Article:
Tuesday, July 21, 2015

Think venting will calm you down? Think again.

Here's a news article summarizing some research done on venting - we might call it tests of the catharsis hypothesis. Contrary to the old catharsis hypothesis, the bottom line is that venting does not work. Individuals given a chance to vent end up feeling angrier and behaving more aggressively than if they had not done so in the first place. This is research that is especially timely given all the ways we have at our disposal to vent thanks to the miracle of mobile devices and social media. Venting may even feel good at the time. Unfortunately, as decades of research show, venting has damaging consequences.

So where does this idea of venting come from? I mentioned the so-called catharsis hypothesis. It was initially an idea of Freud's regarding emotional energy. Presumably, emotions such as anger would be discharged, hence leaving the patient feeling better. The idea was picked up by neobehaviorists (in particular the Yale Group back in the 1930s and 1940s) as a means of examining the potential reinforcement value of certain motivated behaviors. In order for catharsis to work when it comes to a powerful emotion, such as anger, one needs to demonstrate that individuals are demonstrably less angry and behave less aggressively than they were before they started venting their anger or rage. However, as research by Russ Geen, Brad Bushman, and others has shown in experiment after experiment, what actually happens is that anger and aggression levels increase. What appears to happen is that when a person vents, they are rehearsing the same negative behaviors that we'd ordinarily want to avoid (e.g., screaming, yelling, etc.). When such behaviors are rehearsed they become more frequently used in the future.

By the way, these are effects that we can observe very easily in our own daily lives if we are willing to look. I spent some time, for example, in training retreats for leading peer counseling groups in which many of the techniques we practiced were ones that included venting (many of our faculty supervisors were Freudian in orientation, as it turned out). One thing that I noticed repeatedly was that sessions where individuals would act out their anger tended not to calm down but rather become more intensely angry. The outcome would be best described - in the parlance of our times - as a fail.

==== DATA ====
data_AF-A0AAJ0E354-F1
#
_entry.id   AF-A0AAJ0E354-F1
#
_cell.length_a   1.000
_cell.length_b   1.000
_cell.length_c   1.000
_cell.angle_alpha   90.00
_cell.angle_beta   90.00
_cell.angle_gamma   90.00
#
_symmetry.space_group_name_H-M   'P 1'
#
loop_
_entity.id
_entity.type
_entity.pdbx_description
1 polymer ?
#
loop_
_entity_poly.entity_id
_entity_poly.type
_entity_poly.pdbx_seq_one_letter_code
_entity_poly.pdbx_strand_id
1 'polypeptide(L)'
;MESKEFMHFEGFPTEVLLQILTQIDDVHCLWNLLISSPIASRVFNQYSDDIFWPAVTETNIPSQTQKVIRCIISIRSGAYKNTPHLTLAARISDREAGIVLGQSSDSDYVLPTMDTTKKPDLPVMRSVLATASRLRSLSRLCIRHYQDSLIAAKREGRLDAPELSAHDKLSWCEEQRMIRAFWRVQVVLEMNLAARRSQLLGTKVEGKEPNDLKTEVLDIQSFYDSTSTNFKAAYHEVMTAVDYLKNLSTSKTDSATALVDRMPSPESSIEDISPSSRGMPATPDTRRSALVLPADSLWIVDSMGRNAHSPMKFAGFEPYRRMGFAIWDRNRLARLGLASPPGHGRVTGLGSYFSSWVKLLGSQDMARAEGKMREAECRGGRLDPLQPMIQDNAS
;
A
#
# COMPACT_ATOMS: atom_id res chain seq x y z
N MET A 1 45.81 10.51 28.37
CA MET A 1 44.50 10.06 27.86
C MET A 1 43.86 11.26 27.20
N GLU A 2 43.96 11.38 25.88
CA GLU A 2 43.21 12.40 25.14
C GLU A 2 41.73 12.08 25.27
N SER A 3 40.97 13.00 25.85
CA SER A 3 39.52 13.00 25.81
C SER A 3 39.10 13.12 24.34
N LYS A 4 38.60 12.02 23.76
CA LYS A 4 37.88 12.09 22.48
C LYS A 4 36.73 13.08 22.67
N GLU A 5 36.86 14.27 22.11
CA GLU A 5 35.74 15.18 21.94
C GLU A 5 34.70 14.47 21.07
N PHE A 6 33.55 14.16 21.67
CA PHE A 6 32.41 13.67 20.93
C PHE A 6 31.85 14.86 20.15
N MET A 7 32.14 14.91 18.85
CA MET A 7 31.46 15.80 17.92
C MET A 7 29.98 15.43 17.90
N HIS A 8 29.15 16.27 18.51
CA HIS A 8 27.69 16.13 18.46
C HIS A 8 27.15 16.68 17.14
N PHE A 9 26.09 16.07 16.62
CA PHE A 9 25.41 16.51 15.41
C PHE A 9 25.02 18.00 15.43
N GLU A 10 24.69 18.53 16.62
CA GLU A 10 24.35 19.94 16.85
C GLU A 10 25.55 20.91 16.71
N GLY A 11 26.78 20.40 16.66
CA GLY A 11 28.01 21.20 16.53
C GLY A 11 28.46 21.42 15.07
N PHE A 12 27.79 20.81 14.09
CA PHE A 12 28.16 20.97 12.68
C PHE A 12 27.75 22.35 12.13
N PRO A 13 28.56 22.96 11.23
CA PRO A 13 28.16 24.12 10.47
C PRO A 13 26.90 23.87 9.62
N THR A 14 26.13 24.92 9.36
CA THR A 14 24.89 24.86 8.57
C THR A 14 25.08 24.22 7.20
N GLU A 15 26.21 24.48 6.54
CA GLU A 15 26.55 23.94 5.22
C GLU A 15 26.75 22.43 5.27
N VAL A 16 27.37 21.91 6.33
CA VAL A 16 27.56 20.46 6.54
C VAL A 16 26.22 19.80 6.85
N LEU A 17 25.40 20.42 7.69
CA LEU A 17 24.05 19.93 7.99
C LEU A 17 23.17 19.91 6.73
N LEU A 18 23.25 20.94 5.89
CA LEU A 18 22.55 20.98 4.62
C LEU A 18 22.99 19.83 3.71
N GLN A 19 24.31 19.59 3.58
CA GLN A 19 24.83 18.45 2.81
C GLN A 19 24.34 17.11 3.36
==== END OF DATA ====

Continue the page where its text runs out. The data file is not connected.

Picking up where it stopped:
So what to do? The usual advice my professional friends and colleagues will give is to count to 10, take a relaxing walk, unplug (i.e., get away from the computer or mobile) or practically any relaxing activity other than vent anger. Take some time to calm down, and then tackle whatever issue is in need of tackling when you are thinking more clearly and can control impulses. I see nothing wrong with stating that something is angering you, but then taking the focus away from the intensity of the emotion experienced and instead concentrate on finding solutions to the anger-inducing situation. In other words, it is one thing to experience emotions such as anger and to have those experiences validated. That is actually healthy. It is quite another thing to act on the impulses created by anger. As an old friend might have put it a couple decades ago, when in doubt, chill out.

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